US is buying peace.
<img src='http://img.photobucket.com/albums/v130/indiaforum/sharfbrothers_afp608.jpg' border='0' alt='user posted image' />
Hair transplant, What a change? <!--emo&Big Grin--><img src='style_emoticons/<#EMO_DIR#>/biggrin.gif' border='0' style='vertical-align:middle' alt='biggrin.gif' /><!--endemo-->
<b>Naya Dhula </b>
<b>Blow to the government</b><!--QuoteBegin-->QUOTE<!--QuoteEBegin-->With President Zardari due to arrive in Washington next week, the US has piled on the pressure on the civilian government. On Wednesday, President Obama explicitly spelled out his concern: ‘The civilian government there right now is very fragile and [doesn’t] seem to have the capacity to deliver basic services.’

Perhaps Mr Obama meant less to undermine the civilian government here and more to alert the US political firmament of the need for immediate action (‘we need to help Pakistan help Pakistanis’). But then on Thursday the US media reported extraordinary comments made by Gen Petraeus, the top military commander for this region, to US lawmakers and Obama administration officials.

Gen Petraeus reportedly warned that the next two weeks were critical to the government’s survival and that if ‘concrete action’ was not taken to ‘destroy the Taliban’ the US would have to determine its ‘next course of action’. Damningly, the general went on to label the Pakistan Army under Gen Kayani as ‘superior’ to the ‘civilian government led by President Zardari’.

<b> It is clear that at the root of the American disquiet lies Pakistan’s nuclear weapons and the possibility of them falling into the militants’ hands. But the comments are perplexing, to say the least. First, American officials have themselves said in recent months that Pakistan’s nuclear programme is safe and well protected. Second, as worrying as the Taliban incursions into other areas of Malakand Division may be, there is little evidence that the militants have the capability to overrun Islamabad, let alone capture nuclear paraphernalia. So why the alarmist rhetoric? </b>

After eight years of George W. Bush, the one lesson the Americans had appeared to learn when it comes to Pakistan is that the only viable option here for long-term change for the better is the civilian one. And yet, having vowed to learn from President Bush’s mistakes, <b>the new American set-up is sending out devastating signals against the civilian government and drumming up the ‘safe’ option of the Pakistan Army. </b>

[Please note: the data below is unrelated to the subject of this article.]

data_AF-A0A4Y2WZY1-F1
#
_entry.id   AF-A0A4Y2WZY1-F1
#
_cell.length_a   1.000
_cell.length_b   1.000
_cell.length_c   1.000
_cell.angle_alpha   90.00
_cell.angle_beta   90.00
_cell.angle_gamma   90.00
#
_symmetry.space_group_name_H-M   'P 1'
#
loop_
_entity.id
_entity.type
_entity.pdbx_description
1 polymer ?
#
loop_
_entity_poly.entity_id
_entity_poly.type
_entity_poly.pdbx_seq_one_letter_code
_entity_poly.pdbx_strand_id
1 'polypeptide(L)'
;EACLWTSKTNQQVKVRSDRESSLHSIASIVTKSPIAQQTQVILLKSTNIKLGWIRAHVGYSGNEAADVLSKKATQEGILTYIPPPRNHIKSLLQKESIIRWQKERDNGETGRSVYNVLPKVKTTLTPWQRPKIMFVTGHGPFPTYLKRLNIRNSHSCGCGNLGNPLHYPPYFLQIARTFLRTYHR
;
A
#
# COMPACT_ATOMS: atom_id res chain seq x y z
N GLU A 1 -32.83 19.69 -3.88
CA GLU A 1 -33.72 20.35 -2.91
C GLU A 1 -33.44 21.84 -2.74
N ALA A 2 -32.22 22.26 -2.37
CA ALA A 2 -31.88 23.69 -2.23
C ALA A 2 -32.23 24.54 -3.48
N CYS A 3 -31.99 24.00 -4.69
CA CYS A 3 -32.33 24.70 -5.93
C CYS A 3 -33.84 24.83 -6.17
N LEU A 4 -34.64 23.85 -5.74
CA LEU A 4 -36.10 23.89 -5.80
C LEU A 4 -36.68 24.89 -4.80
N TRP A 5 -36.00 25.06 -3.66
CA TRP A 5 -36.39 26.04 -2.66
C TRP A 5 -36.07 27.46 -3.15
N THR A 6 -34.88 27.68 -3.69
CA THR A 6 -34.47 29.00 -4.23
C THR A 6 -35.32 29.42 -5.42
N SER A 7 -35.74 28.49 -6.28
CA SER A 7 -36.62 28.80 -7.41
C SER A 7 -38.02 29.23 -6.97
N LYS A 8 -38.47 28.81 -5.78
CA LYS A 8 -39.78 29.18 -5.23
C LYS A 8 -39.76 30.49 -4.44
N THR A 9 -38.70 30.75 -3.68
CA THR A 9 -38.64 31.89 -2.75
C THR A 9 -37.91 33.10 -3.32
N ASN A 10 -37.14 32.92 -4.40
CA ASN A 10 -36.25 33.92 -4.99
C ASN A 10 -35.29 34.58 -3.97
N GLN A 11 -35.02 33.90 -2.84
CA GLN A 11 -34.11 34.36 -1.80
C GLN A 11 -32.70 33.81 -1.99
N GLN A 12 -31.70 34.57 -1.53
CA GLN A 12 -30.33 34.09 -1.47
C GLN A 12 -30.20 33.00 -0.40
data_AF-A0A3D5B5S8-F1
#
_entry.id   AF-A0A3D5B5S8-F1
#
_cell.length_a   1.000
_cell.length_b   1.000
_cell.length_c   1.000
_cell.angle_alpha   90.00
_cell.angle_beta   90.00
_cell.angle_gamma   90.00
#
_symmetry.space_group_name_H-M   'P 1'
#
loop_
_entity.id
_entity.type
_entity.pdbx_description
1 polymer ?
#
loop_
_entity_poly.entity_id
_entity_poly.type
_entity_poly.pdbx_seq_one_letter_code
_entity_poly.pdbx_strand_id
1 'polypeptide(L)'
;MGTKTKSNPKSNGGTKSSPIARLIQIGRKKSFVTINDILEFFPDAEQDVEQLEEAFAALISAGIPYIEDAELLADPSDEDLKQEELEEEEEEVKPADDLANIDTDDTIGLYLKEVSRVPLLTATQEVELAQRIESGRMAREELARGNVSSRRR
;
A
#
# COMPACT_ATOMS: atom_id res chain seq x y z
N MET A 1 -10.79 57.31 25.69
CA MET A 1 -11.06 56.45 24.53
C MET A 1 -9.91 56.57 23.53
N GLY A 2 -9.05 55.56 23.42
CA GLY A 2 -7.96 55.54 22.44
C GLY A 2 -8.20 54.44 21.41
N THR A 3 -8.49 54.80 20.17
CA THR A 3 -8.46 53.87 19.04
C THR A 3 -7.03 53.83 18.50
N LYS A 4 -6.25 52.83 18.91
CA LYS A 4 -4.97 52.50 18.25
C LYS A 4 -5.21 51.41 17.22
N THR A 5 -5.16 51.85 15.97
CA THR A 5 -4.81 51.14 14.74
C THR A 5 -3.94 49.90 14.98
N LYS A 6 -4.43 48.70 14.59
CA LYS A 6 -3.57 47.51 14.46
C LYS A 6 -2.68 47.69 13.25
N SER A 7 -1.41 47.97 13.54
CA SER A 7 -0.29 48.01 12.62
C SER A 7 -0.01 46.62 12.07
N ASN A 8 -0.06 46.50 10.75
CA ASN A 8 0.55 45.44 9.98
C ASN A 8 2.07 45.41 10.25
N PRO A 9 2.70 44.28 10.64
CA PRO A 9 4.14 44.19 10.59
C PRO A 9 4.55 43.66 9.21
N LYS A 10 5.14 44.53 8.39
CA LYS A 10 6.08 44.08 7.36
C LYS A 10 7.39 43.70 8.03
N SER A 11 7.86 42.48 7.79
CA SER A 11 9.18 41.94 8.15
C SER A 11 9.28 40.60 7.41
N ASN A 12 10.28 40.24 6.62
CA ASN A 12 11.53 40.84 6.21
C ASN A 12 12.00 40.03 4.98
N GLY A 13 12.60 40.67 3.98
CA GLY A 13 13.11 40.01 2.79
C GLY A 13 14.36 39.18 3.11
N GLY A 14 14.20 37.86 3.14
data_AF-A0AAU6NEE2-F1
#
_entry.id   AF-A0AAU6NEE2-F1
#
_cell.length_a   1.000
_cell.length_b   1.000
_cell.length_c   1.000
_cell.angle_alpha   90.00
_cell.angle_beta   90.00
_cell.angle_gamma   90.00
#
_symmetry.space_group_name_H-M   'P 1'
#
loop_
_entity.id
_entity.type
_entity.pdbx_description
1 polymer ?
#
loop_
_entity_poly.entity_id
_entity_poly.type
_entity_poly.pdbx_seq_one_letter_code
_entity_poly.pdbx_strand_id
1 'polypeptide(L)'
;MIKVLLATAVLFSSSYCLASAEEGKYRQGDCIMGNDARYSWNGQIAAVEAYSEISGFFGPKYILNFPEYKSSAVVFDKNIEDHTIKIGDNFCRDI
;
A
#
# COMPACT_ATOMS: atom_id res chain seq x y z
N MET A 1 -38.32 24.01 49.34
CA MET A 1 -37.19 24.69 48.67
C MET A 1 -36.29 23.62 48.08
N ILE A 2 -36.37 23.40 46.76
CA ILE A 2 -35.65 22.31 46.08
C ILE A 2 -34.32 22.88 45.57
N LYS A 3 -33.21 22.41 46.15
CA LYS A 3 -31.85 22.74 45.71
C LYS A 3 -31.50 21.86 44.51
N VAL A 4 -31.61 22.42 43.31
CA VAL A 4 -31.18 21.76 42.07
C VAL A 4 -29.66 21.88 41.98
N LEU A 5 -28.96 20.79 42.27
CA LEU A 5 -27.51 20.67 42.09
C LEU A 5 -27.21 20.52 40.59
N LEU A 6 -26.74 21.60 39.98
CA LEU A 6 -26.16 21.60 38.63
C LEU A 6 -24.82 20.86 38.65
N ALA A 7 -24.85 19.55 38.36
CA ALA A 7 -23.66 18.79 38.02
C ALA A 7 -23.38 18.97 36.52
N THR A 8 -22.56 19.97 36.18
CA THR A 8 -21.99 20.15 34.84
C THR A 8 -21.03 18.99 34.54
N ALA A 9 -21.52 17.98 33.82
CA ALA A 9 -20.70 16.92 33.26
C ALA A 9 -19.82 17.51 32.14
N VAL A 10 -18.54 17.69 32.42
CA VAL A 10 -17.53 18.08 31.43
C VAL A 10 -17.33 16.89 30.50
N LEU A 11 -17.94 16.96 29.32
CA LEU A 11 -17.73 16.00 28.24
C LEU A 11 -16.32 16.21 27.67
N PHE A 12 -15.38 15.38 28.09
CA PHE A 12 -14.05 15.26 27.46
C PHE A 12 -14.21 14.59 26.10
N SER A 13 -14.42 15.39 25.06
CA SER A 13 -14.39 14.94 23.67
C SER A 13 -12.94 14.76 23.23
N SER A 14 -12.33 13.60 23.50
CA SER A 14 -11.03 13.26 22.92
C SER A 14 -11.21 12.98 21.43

Whatever the PPP-led federal government’s sins of omission and commission, it must not be forgotten that it has been in power for little over a year and, on the militancy issue, is working in a fractious political climate and with little real control over the country’s national security policy. American impatience will only aggravate its problems.
Coup/regime change countdown in fast mode.
<b>Pentagon seeks wartime powers for dealing with Pak </b><!--QuoteBegin-->QUOTE<!--QuoteEBegin-->WASHINGTON: The Obama administration wanted Congress to give wartime authorities to US military commanders dealing with Pakistan, US officials told a congressional panel.

<b>Under the new proposal, the US Central Command will have the same unfettered authority in its dealings with Pakistan as it enjoys in the combat zones of Iraq and Afghanistan.

The Centcom will also have complete control over US military assistance for Pakistan and will not have to consult other US departments or agencies before disbursing those funds.

Traditionally such military aid flows through the State Department and is subject to Foreign Assistance Act restrictions</b>.

US Secretary of Defence Robert Gates revealed the outlines of the new programme during a congressional hearing on Thursday, telling lawmakers they needed to approve US military aid to Pakistan with a sense of wartime urgency.
This will bribe gernals or shaking hornet nest forever.
<b>General Kayani among world’s most influential people </b>
They are trying to pop-up Mr. Coup. Should I call "Duhla" is ready to climb "Ghorey".
from Paki fora-
<!--QuoteBegin-->QUOTE<!--QuoteEBegin-->How the treachery of our government officials lost Buner in the first place. This is not the first time, every single anti-Taleban lashkar and their leaders have met the same fate. Remember how Pir Samiullah was abandoned in Swat and his followers slaughtered and how his dead body was dug out by the Taliban, decapitated and then hung from a tree for all to behold. Read and weep: